It’s His Expression That Makes It Work

Sachiko has been feeling frisky lately. Since her usual tussling partner is Watanuki–tuxedo cats have to stick together–we get a lot of scenes like this.

“Hey, Big Brudder Nookles, let’s throw down! Imma take you dis time!”

You can just hear him thinking, “Yeah, right, Kid. Just like you have the last umpty-dozen times I’ve nipped your ears for you.”

So then, of course, he throws the first slap.

We get about ten seconds of mixed martial arts, followed by thundering hoofbeats as Sachiko heads for the supposed safety of one of the condos.

‘Nuki doesn’t bother to chase her. He knows she’ll be back for another round (more than) soon enough.

How to Tell

We all do it. No, not poops. I mean, yes, we do, but that’s not what I was going to talk about.

I mean, we all narrate our existence to ourselves.

It might be retrospective, speculative or projective, emotional or reactive, or simply an assertion that we’re present (the most basic form of “I think, therefore I am”).

“I should have gotten the chicken instead of the fish.”

“Should I do the laundry before or after I order the pizza? Is the delivery guy going to care if I have to answer the door in my PJs?”

“Ugh, it’s too early to be awake. Could I get back to sleep if I called in sick to work, or would it just be easier to go in?”

“I’m bored.”

Something else we all do: we edit our narration.

“Okay, once I finish the dishes, I can kick back and watch TV. No, I’d better check my email and pay the credit card bill first. So that’s dishes, bill, email, and then TV.”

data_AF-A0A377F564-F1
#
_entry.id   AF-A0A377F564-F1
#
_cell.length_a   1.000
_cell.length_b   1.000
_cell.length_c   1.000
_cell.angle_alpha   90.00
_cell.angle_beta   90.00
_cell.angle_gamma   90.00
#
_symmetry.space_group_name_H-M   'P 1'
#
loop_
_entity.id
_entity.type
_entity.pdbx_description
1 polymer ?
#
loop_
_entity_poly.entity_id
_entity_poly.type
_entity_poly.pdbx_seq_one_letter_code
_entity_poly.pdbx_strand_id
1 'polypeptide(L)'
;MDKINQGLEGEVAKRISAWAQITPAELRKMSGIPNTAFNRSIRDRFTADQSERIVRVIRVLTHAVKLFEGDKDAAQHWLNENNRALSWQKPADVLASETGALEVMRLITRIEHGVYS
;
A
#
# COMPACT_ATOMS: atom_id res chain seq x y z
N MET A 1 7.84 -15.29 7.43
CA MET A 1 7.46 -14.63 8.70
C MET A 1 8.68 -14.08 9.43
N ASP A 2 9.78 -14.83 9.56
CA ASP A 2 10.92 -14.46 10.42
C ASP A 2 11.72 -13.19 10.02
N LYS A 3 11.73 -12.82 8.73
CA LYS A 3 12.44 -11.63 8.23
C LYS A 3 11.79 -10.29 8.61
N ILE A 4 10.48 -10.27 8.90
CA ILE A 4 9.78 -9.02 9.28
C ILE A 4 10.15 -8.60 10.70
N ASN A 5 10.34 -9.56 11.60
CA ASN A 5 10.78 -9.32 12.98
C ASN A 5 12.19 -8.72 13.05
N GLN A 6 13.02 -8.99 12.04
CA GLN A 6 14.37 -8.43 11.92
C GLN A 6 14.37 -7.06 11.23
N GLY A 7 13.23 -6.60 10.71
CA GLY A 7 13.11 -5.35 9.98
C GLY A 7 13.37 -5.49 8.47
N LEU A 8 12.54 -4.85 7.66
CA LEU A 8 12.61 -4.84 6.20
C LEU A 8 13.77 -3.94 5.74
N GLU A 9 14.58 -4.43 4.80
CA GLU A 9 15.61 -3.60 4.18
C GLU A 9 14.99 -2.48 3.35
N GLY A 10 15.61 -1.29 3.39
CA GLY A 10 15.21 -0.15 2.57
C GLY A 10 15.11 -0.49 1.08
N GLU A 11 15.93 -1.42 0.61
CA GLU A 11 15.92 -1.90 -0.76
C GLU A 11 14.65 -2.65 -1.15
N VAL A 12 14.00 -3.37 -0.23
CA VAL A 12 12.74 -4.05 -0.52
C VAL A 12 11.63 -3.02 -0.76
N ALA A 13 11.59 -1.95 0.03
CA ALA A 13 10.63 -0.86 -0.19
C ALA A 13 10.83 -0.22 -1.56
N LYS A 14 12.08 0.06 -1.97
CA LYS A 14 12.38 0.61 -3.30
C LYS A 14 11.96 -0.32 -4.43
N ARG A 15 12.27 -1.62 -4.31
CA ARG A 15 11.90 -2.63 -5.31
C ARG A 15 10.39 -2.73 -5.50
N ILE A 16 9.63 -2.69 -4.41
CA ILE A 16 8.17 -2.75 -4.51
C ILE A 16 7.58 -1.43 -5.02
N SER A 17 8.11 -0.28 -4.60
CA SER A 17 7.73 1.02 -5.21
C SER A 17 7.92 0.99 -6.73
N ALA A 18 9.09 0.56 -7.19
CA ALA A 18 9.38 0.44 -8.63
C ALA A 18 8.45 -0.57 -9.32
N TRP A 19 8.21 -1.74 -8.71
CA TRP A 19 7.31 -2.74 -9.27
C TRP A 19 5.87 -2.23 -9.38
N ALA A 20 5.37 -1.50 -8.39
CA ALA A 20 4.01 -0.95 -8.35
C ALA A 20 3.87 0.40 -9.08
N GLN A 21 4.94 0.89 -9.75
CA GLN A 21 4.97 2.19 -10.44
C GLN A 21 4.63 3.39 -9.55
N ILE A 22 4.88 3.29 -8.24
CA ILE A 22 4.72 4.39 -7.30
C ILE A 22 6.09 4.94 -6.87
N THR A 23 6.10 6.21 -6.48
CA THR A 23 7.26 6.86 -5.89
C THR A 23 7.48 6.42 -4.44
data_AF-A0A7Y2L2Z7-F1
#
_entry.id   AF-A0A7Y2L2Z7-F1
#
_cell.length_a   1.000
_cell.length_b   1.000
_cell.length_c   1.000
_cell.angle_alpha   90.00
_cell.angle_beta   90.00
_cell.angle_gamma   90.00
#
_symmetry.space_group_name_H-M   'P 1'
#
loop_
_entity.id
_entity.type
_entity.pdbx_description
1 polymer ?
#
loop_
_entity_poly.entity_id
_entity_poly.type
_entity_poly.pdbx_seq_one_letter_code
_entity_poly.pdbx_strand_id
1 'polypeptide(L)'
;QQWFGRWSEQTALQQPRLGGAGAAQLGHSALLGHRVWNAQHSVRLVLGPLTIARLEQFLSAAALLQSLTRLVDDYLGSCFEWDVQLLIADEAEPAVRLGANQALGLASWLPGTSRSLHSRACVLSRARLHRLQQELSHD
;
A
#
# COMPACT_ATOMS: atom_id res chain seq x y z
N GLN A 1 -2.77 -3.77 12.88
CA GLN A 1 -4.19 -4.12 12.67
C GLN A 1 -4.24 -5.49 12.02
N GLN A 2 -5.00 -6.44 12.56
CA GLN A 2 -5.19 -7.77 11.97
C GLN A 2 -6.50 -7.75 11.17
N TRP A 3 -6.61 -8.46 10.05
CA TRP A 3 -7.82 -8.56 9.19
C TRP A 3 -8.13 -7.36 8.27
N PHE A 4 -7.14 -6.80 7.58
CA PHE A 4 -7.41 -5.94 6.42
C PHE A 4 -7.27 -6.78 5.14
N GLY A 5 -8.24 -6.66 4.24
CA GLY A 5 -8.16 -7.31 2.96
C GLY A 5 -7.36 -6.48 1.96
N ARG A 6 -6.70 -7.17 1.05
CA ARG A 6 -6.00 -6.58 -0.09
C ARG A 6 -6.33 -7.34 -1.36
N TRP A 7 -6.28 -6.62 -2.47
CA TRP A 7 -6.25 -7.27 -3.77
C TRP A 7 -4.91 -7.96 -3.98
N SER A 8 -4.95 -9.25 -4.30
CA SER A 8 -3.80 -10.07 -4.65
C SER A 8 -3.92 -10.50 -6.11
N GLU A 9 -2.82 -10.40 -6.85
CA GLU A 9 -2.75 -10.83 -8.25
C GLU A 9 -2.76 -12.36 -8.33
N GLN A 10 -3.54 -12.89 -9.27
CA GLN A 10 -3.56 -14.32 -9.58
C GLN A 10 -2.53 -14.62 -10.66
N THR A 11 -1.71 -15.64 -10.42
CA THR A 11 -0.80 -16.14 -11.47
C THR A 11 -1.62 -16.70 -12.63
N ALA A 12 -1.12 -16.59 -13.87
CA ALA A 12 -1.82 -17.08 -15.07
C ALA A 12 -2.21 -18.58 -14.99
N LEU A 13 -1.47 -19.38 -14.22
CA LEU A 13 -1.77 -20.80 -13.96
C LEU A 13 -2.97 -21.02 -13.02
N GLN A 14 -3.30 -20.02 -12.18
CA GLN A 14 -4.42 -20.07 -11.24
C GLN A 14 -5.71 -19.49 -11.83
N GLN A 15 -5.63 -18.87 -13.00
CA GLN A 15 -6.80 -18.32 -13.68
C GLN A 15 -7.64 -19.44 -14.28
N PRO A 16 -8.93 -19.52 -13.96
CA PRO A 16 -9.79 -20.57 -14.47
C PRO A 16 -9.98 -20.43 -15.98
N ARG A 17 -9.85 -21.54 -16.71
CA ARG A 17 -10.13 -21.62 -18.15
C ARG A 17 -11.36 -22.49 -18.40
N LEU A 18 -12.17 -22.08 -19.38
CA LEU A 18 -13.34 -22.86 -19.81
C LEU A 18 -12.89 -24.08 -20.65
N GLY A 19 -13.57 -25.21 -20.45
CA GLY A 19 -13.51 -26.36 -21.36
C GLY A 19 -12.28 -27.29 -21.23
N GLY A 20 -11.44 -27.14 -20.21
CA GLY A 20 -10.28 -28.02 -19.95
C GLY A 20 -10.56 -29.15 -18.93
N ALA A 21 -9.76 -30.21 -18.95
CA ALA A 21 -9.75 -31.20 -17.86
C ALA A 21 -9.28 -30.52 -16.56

But there’s something we don’t all do.

I was musing about internal narrations yesterday (see “I’m bored” above) and I realized that I was copyediting my narration.

That’s right: I was changing punctuation and digressing to decide whether certain words should be capitalized.

Worse yet, at the same time I was also doing a style edit.

“Is it funnier if I send out for pizza or Chinese food?”

“Is chicken versus fish too cliched, or should I go with it because it’s a cliché?”

Maybe I’m wrong about this. Maybe everyone style edits their thoughts.

But I suspect that it’s a limited few of us.

Mind you, I’m not talking about editing an imaginary conversation– “Just wait until I see that louse! I’m going to give him a few choice words!” (because of course you want to have the perfect zinger ready when the louse in question walks in)–but all those other bits of narrative running through your head.

I submit that if you spend five minutes arguing with yourself over whether the internal rhyme in “It’s too far to go by car” is distracting and you should just think “It’s too far to drive” while you’re planning your vacation, you’re either already a writer or you should be.

Google I/O 2021